I was in my early twenties when my second apartment got broken into. My insurance career was in its infancy, and my meager, post-college earnings meant a limited allowance for household and leisure purchases. I imagine my thief was sorely disappointed to discover an old-ish television with somebody else’s social security number engraved on it (remember when the SSN was used for so many different forms of identification?) which I had purchased from a pawn shop, a dusty, three-tray CD player, and pretty much nothing worth the trouble of breaking into my little efficiency and risking getting caught. There wasn’t even any half-decent alcohol. Aside from not being able to watch TV or listen to music that night, the absolute worst thing about it was feeling like my own personal space and belongings had been violated. There wouldn’t have been enough sage in the entire city to purify the funk of that experience, for weeks afterward.
Just over one week ago, I was a victim of a phishing scheme on social media. I’m sharing the details here in the hope that I may save someone else the trouble. I’ll beat some commenters to the punch who may tell me my actions were ill-advised, as I came to that conclusion right away. Some mistakes need to be made only once, so you’re welcome. Basically, I had received a message from a contact’s account, someone I liked and trusted, asking me for my phone number. She (or I had thought it was her) had written that she had gotten a new phone and she needed my help with being able to log back onto her social media account. She and I hadn’t seen each other since she had moved out of state a few years ago, so I figured I’d help out to show her I was still her friend.
I sent her my number, and she then had a code sent back to me, asking me to click on it for verification, which would enable her to access her social media account from her new device. I asked her if it was really her, and joked that I hoped I wasn’t allowing someone to hack into her account. The ironic response was an “LOL” with some other things that sounded like my friend. My contact’s hacker had even attempted to text using language like hers, likely obtained by scanning her old messages.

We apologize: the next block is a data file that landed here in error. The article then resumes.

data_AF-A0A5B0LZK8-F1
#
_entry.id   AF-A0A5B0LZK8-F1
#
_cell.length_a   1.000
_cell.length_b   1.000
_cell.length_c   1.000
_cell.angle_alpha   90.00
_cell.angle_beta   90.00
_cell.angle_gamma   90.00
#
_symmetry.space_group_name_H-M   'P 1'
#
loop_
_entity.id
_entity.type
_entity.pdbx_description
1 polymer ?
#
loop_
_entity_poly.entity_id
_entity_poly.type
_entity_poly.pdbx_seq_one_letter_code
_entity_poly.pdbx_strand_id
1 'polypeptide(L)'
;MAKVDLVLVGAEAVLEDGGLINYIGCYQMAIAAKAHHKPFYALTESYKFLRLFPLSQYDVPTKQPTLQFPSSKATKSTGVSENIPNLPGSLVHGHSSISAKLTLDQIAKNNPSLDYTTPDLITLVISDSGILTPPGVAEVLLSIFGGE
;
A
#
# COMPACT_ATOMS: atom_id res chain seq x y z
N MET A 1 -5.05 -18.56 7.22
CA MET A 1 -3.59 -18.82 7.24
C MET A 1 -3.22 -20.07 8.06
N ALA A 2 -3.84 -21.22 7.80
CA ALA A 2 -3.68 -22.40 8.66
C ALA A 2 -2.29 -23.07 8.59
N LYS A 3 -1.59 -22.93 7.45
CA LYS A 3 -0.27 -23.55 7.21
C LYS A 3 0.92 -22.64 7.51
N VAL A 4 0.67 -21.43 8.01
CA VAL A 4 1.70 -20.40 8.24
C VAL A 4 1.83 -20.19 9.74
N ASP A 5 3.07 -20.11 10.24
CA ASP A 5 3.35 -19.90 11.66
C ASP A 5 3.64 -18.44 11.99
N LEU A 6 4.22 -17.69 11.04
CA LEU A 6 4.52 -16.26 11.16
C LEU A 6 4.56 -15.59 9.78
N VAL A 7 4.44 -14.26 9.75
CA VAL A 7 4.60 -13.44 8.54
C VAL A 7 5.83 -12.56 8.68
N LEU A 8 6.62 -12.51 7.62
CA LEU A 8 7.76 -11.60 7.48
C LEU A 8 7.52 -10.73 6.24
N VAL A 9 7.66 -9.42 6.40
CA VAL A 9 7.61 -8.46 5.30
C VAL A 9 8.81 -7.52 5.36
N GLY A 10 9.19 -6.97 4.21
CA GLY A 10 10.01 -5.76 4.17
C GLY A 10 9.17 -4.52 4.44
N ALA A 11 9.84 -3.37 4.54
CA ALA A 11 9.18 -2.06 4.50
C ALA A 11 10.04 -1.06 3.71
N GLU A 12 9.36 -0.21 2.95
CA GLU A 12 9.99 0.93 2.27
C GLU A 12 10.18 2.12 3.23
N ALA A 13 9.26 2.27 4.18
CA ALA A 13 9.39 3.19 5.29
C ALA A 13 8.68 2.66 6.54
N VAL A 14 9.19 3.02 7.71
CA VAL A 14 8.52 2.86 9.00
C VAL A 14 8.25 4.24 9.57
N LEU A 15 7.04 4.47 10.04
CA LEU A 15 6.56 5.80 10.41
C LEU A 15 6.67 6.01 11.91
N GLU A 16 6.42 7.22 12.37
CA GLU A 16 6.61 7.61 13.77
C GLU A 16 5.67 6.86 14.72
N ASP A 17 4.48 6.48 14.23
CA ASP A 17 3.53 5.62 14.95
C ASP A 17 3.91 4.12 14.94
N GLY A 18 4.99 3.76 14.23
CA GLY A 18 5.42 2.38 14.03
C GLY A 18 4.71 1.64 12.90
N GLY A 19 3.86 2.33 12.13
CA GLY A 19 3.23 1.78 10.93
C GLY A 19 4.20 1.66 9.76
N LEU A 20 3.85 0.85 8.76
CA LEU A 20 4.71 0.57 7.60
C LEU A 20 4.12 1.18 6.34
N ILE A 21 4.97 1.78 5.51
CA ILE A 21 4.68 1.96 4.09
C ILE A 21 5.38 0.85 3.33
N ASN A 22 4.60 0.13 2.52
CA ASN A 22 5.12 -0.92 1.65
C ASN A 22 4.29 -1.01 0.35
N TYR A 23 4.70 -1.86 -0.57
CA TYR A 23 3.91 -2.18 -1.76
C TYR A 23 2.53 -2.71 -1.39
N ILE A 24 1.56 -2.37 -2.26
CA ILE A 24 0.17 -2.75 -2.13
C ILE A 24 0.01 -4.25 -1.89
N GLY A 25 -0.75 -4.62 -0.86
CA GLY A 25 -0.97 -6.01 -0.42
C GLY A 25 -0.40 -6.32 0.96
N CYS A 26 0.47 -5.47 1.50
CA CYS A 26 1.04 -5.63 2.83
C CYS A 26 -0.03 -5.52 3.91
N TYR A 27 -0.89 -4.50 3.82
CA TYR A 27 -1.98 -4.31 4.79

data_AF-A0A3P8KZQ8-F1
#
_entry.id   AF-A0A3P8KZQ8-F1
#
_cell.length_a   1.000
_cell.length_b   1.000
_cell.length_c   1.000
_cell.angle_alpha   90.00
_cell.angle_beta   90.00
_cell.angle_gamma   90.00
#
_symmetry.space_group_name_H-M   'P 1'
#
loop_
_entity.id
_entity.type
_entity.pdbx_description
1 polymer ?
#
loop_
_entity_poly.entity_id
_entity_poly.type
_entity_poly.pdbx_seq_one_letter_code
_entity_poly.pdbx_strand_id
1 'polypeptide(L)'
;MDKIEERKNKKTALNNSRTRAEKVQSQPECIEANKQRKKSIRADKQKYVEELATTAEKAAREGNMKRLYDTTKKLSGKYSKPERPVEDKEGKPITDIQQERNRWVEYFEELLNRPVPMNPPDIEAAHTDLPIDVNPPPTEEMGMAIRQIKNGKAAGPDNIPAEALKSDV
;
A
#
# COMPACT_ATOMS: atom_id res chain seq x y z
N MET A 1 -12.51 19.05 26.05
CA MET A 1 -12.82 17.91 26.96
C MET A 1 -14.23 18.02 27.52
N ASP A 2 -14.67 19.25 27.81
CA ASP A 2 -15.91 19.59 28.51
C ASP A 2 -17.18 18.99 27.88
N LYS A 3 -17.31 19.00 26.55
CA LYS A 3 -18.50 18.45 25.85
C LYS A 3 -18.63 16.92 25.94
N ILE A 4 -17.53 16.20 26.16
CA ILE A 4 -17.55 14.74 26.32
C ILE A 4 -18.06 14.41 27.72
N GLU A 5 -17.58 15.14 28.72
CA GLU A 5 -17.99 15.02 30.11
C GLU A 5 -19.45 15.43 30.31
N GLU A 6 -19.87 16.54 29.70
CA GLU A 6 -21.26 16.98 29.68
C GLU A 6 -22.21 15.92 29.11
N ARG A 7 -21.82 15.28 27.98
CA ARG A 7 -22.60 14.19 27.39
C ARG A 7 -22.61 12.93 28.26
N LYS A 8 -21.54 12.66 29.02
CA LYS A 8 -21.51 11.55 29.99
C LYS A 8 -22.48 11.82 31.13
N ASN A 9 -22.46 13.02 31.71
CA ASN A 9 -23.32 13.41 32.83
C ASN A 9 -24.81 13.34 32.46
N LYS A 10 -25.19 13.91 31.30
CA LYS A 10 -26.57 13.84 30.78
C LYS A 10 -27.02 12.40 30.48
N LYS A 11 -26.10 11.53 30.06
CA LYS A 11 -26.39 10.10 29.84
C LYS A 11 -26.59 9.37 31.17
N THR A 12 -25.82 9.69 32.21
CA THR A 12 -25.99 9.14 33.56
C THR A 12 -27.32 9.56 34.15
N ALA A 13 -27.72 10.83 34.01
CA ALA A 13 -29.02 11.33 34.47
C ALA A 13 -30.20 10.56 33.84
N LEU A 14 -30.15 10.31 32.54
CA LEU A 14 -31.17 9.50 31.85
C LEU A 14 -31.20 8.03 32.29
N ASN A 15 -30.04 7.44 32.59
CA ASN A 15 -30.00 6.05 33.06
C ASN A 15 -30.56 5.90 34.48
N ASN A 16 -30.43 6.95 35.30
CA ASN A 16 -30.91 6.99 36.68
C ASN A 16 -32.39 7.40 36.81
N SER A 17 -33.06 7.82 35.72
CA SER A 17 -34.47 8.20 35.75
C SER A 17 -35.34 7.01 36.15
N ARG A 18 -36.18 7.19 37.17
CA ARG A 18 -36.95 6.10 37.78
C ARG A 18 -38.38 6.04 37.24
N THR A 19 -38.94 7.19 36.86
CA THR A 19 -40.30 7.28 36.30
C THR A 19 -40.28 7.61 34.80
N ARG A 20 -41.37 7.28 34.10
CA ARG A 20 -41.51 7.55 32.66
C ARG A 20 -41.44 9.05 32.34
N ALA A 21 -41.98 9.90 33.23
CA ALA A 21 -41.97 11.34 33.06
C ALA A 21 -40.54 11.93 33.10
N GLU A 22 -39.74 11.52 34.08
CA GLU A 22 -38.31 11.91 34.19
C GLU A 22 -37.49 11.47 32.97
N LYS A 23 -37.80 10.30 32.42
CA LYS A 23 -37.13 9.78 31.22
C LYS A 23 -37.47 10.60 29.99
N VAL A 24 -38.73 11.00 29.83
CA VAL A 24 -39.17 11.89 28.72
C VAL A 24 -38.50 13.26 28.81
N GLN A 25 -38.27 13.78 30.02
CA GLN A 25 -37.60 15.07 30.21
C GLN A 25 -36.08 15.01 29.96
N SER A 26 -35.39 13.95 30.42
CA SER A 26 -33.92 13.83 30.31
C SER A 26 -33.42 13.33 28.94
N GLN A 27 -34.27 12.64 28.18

What I ended up doing by clicking on that link was authenticating that I had given some unknown person permission to access my account, where said person promptly changed the e-mail address associated with my account to a newly-minted e-mail address which wasn’t mine. They then deleted my old e-mail address and phone number from my profile so I could no longer retrieve or access my page using the normal retrieval methods. This all happened within only a few, short minutes, though I realized almost instantly what had happened.
I had lost complete control of my account, and the hacker went through my contact list and apparently had started messaging my contacts with the same ploy. There was a happy ending of sorts, where I was able to work with the platform to verify my identity (a process I had to go through twice, because my hacker was both clever and quick), regain control, and very quickly disable any access the hacker had to my account. This was not before damage was done. The hacker had already tricked at least one of my contacts, using my identity, and then hijacked that person’s account at a most unfortunate time for her. (I’ll concede that there is probably never a good time for something like this to happen.)
These two forms of theft, residential and cyber, also made me think of car theft, and of this Jaguar from around the turn of the millennium that I had spotted in an abandoned lot almost ten years ago. At its introduction in 1999 as a 2000 model, the S-Type was the entry-level Jaguar for just one year before the smaller X-Type arrived for 2001. The S-Type was based on the same Ford DEW98 platform that underpinned the Lincoln LS and reborn Thunderbird. From the taillamps and rear fascia, this example was from its original iteration before the slight restyle that arrived for ’04.
The “3.0” badge on the trunk indicates it was powered by the 241-horsepower V6 that was the base engine in the U.S. (A 2.5L V6 with 194 horses was standard in other markets.) A 281-hp V8 displacing 4.0 liters was also available. A five-speed automatic transmission was standard on the S-Type, though the related Lincoln LS could be had with a Getrag five-speed manual from 2000 through ’02 (which had a very low take rate of just over 2,300 cars). Just over 291,000 S-Types were produced over nine model years. I couldn’t help but feel pathos when looking at this example. Here was this imported luxury sedan, once cherished and now stolen, sitting stripped of its wheels, one block away from a major General Motors factory that stands next to a busy expressway.
General Motors Flint Assembly truck plant, across the street from the unfortunate Jaguar.
As with both incidents involving my social media account and my second apartment, the thing I struggled with the most immediately afterward was that both spaces seemed really unclean, as if there was nothing that could really bring back their innocence or the sense that I was safe there. Things take time, and I did eventually feel safe again in my apartment before eventually moving within the span of a year. As far as this Jaguar, it was almost a decade old by the time I found this dead cat sitting abandoned in the parking lot of a long-demolished lounge. By its otherwise nice condition both inside and out, it looked like it had been well cared for as what might have been somebody’s regular ride. Curbside readers, please take this as my public service announcement to review your own cyber security. Do it this week. If you’re like me and tend to want to help people, a little extra measure of healthy skepticism will probably be understood by those who really matter. Don’t get hacked into like me or this sad Jaguar.
Friday, February 15, 2013.